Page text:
Concert Review: Smiles galore, Chesney appears happiness – Kenny Chesney smiled often during his performance at The Rose Bowl. This wasn't some showbiz smile, either - it was sincere. Chesney appeared to be truly happy to be there. On a hot night in July, when Chesney brought his exuberant The Big Revival Tour to Pasadena, the joy he expressed while performing actually made you forget about all the heat... »»»
Concert Review: Carll needs no crutch – Hayes Carll didn't even play his best-known song, "She Left Me For Jesus," during his 95 minutes on the small stage. And while chances are that some were internally clamoring for the typical Carll sense of humor, no one could legitimately say that the lanky Texan short-changed them. At 39, Carll, who meanders somewhere between the... »»»
Subscribe to Country News Digest Country News Digest      Follow Country Standard Time on twitter CST      Visit Country Standard Time on Facebook CST

Elsewhere in the news

Currently at the CST blogs

Watkins Family make time From their first, self-titled, major label release, the Allison Krauss-produced, "Nickel Creek," two-thirds of that trio - musical siblings Sara and Sean Watkins - have been in the musical spotlight continually since 1999. As for working with her brother off and on for most of their lives, Sara says, "We have been lucky...... »»»
Milk Carton Kids find themselves on "Monterey" Joey Ryan, half of acoustic folk duo the Milk Carton Kids, is girding his loins for the long trip from the band's Los Angeles home base to Australia. Although he's made this trip before, he's yet to acclimate completely to it.... »»»
Moreland gets high Sitting in a motel room in Houston after a weekend gig at the Mucky Duck, singer/songwriter John Moreland is in a pretty good mood. His career is on a major upswing, and he is riding some pretty big critical success of his latest release, "High on Tulsa." Moreland has a lot to be happy about with three cuts picked for the soundtrack of the hit TV show "Sons of Anarchy,"...... »»»
The Blade CD review - The Blade
Ashley Monroe gains more acclaim for other projects than she does for her own solo efforts. Monroe is one third of side group Pistol Annies. She sang with Blake Shelton on his hit "Lonely Tonight." She received praise for her first proper solo album, "Like a Rose," in 2013, although that was a release that stood on the strength of the songs because three singles produced zero hits. Can "The Blade" turn the trick? »»»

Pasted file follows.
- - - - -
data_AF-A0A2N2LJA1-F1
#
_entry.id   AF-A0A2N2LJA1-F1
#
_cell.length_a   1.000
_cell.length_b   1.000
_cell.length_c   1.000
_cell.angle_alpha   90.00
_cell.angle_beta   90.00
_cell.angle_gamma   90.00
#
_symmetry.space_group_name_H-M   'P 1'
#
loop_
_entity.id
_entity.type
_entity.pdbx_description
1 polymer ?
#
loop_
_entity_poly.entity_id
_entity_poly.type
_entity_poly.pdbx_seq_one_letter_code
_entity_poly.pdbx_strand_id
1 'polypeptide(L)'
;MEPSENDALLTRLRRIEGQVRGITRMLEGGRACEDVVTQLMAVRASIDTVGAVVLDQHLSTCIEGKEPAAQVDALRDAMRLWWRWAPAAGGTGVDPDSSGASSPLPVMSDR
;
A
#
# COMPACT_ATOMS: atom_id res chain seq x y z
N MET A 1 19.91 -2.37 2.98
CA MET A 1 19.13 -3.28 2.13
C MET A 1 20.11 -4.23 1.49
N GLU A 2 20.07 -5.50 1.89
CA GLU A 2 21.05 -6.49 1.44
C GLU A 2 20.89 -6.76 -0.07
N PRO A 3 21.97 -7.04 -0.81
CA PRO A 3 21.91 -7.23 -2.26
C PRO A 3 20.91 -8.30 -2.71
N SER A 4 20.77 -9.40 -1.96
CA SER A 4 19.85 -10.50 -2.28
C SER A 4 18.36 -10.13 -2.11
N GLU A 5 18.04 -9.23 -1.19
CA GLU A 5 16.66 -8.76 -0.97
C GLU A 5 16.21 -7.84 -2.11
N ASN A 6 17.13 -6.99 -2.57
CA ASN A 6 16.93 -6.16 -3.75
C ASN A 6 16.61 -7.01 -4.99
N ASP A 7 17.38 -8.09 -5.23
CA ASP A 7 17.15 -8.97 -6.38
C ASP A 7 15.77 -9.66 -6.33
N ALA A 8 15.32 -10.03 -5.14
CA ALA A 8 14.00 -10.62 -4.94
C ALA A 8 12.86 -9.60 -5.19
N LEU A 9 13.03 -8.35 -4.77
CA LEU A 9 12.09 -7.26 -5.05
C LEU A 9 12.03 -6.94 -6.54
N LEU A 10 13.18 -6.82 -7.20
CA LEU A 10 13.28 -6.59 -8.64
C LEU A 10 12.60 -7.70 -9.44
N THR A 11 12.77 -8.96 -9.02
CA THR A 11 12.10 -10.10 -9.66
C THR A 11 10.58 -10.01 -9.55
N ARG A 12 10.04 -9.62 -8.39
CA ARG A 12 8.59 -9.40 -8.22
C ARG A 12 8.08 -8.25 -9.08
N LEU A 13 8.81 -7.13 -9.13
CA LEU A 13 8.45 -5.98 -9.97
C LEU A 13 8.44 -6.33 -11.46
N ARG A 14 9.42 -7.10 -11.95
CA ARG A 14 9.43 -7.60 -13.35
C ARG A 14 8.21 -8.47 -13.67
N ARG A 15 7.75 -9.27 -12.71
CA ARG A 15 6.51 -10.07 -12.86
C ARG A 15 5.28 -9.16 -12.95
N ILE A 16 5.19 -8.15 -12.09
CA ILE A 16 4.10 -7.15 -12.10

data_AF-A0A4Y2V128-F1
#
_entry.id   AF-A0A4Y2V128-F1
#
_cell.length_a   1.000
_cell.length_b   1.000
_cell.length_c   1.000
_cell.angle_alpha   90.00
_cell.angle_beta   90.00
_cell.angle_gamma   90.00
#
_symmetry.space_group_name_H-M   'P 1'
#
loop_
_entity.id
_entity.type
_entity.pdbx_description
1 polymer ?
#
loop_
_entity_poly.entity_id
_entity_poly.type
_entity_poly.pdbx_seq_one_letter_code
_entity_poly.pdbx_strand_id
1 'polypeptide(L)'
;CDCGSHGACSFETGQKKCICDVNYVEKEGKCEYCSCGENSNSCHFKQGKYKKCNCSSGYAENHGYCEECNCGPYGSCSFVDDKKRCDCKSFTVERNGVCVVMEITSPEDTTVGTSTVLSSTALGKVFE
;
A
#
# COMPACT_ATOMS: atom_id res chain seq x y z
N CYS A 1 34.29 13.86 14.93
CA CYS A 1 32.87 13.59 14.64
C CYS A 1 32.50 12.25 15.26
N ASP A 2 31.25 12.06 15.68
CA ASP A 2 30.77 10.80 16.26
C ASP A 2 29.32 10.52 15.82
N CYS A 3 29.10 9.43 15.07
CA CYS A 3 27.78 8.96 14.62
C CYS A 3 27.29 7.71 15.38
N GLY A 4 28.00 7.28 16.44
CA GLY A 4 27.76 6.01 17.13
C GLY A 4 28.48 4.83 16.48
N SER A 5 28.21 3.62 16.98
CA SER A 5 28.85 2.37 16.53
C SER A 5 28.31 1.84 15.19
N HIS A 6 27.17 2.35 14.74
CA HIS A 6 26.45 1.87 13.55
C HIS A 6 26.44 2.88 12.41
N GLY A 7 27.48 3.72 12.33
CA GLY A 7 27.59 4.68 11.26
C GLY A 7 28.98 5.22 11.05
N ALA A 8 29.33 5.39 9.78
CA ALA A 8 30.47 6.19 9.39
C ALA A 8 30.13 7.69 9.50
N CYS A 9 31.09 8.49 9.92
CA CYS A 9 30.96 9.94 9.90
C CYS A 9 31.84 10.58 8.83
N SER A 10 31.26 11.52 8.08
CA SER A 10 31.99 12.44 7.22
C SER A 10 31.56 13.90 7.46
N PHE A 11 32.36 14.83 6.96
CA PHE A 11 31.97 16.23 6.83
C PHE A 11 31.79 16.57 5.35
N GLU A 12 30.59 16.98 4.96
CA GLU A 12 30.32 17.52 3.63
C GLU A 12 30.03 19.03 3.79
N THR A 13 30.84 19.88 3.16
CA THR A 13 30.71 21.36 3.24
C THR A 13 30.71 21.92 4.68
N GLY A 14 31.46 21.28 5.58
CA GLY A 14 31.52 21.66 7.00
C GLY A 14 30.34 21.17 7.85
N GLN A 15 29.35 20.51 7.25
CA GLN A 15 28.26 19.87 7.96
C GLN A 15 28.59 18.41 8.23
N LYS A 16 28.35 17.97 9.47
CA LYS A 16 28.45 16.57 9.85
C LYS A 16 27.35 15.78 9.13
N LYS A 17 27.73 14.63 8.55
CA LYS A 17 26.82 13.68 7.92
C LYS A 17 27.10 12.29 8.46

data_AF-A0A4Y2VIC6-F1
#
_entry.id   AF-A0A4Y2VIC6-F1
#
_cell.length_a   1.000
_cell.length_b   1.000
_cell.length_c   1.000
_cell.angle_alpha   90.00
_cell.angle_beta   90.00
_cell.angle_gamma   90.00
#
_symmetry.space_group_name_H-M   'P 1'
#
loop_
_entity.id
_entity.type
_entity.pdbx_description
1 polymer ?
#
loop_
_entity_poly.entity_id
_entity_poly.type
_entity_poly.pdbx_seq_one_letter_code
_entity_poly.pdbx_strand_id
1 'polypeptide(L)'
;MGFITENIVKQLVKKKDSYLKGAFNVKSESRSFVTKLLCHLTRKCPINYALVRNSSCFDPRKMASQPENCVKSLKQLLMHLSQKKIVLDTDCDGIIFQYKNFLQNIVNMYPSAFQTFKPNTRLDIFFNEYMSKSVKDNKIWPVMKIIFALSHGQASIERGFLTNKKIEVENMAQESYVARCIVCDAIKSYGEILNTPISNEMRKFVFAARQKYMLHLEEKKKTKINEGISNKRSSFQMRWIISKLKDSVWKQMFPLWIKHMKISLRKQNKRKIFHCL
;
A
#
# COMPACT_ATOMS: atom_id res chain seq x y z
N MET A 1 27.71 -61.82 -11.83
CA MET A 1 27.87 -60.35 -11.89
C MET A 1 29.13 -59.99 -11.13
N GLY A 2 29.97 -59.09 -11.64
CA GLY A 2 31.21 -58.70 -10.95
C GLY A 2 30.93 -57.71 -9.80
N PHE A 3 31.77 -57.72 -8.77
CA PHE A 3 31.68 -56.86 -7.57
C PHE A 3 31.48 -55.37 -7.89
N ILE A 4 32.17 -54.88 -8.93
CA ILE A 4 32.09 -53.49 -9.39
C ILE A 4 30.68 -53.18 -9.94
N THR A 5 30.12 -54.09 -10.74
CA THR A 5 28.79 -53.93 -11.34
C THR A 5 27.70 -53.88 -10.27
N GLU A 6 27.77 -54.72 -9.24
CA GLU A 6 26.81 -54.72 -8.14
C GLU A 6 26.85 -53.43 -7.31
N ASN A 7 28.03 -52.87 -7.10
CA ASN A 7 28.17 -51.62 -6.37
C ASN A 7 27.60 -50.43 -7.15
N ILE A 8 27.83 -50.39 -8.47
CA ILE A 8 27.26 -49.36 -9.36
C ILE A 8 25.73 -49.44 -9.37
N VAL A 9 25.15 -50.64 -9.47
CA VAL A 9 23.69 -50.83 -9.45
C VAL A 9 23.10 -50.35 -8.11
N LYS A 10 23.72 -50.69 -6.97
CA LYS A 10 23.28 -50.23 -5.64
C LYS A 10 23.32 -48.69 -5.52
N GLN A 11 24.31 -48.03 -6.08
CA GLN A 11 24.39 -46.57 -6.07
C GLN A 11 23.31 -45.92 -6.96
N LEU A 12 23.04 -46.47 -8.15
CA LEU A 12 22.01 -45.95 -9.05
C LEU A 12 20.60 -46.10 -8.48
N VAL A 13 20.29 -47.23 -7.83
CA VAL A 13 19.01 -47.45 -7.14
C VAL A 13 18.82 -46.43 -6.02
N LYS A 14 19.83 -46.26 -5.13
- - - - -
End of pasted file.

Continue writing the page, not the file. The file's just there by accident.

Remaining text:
Bittersweet CD review - Bittersweet
Australian songwriter Kasey Chambers has never managed to gain the profile elsewhere that she has Down Under, despite consistently releasing great albums as a solo artist and as a duo with her ex-husband. Almost a full year after initially releasing "Bittersweet," Chambers is giving the strong album an official U.S. release. »»»
Watkins Family Hour CD review - Watkins Family Hour
"Watkins Family Hour" is an immensely entertaining new release from siblings Sean and Sara Watkins (of Nickel Creek fame) and their musical compadres, collectively known as the Watkins Family Hour. Esteemed participants include vocalist Fiona Apple, Benmont Tench on keyboards, Don Heffington on drums, Greg Leisz on Dobro and pedal steel and Sebastian Steinberg on drums. The result is a refreshing romp with all of the participants taking a turn at lead vocals at least once. »»»
Something More Than Free CD review - Something More Than Free
Americana guitarist and singer-songwriter Jason Isbell started as part of Drive-By Truckers and is now a drive-by revolutionary. "Something More Than Free" is his sixth release outside of the band and a follow-up to his 2013 award-winning album, "Southeastern." Isbell carries his group roots with him as he also makes a voice for himself, exploring his southern origins with a progressive nostalgia that's in-touch with audiences of all generations. »»»
Angels and Alcohol CD review - Angels and Alcohol
Alan Jackson, circa 2015, now might be, unfortunately, considered a retro artist. Jackson, thankfully, does not veer from his traditional country beat on his first new studio disc in three years. It's the traditional sound that makes him a throwback today. »»»
Larry Campbell and Teresa Williams CD review - Larry Campbell and Teresa Williams
After serving as a sideman to some of the most distinguished luminaries in the biz - Bob Dylan, Paul Simon, Levon Helm and Mavis Staples among them- it seems well past time that guitarist/producer Larry Campbell would step out on his own and spotlight his skills as both a singer and songwriter. It's to his credit however that he opts to share the spotlight with his wife and collaborator Teresa Williams... »»»